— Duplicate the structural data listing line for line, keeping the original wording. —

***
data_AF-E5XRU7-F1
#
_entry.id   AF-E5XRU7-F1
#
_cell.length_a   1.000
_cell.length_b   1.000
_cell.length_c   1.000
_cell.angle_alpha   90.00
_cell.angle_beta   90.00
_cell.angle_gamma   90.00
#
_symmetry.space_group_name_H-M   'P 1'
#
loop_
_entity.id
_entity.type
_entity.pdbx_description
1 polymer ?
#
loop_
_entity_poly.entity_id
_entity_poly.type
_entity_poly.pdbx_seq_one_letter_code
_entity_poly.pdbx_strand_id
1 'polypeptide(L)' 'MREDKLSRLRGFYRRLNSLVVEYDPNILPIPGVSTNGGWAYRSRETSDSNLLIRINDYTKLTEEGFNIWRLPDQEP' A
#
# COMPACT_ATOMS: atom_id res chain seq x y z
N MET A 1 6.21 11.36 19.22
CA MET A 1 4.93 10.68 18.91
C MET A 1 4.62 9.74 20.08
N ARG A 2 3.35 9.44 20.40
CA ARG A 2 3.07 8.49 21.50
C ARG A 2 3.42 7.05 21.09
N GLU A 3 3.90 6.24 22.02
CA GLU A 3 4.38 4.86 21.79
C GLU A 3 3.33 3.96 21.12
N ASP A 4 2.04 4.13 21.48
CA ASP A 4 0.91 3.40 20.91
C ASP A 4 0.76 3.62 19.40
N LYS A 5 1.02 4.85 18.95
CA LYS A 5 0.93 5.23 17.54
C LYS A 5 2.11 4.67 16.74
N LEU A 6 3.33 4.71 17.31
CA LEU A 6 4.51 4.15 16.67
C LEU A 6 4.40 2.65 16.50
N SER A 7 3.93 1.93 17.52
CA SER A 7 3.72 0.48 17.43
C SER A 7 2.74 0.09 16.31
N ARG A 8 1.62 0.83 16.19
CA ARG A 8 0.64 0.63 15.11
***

data_AF-E5XRU7-F1
#
_entry.id   AF-E5XRU7-F1
#
_cell.length_a   1.000
_cell.length_b   1.000
_cell.length_c   1.000
_cell.angle_alpha   90.00
_cell.angle_beta   90.00
_cell.angle_gamma   90.00
#
_symmetry.space_group_name_H-M   'P 1'
#
loop_
_entity.id
_entity.type
_entity.pdbx_description
1 polymer ?
#
loop_
_entity_poly.entity_id
_entity_poly.type
_entity_poly.pdbx_seq_one_letter_code
_entity_poly.pdbx_strand_id
1 'polypeptide(L)' 'MREDKLSRLRGFYRRLNSLVVEYDPNILPIPGVSTNGGWAYRSRETSDSNLLIRINDYTKLTEEGFNIWRLPDQEP' A
#
# COMPACT_ATOMS: atom_id res chain seq x y z
N MET A 1 6.21 11.36 19.22
CA MET A 1 4.93 10.68 18.91
C MET A 1 4.62 9.74 20.08
N ARG A 2 3.35 9.44 20.40
CA ARG A 2 3.07 8.49 21.50
C ARG A 2 3.42 7.05 21.09
N GLU A 3 3.90 6.24 22.02
CA GLU A 3 4.38 4.86 21.79
C GLU A 3 3.33 3.96 21.12
N ASP A 4 2.04 4.13 21.48
CA ASP A 4 0.91 3.40 20.91
C ASP A 4 0.76 3.62 19.40
N LYS A 5 1.02 4.85 18.95
CA LYS A 5 0.93 5.23 17.54
C LYS A 5 2.11 4.67 16.74
N LEU A 6 3.33 4.71 17.31
CA LEU A 6 4.51 4.15 16.67
C LEU A 6 4.40 2.65 16.50
N SER A 7 3.93 1.93 17.52
CA SER A 7 3.72 0.48 17.43
C SER A 7 2.74 0.09 16.31
N ARG A 8 1.62 0.83 16.19
CA ARG A 8 0.64 0.63 15.11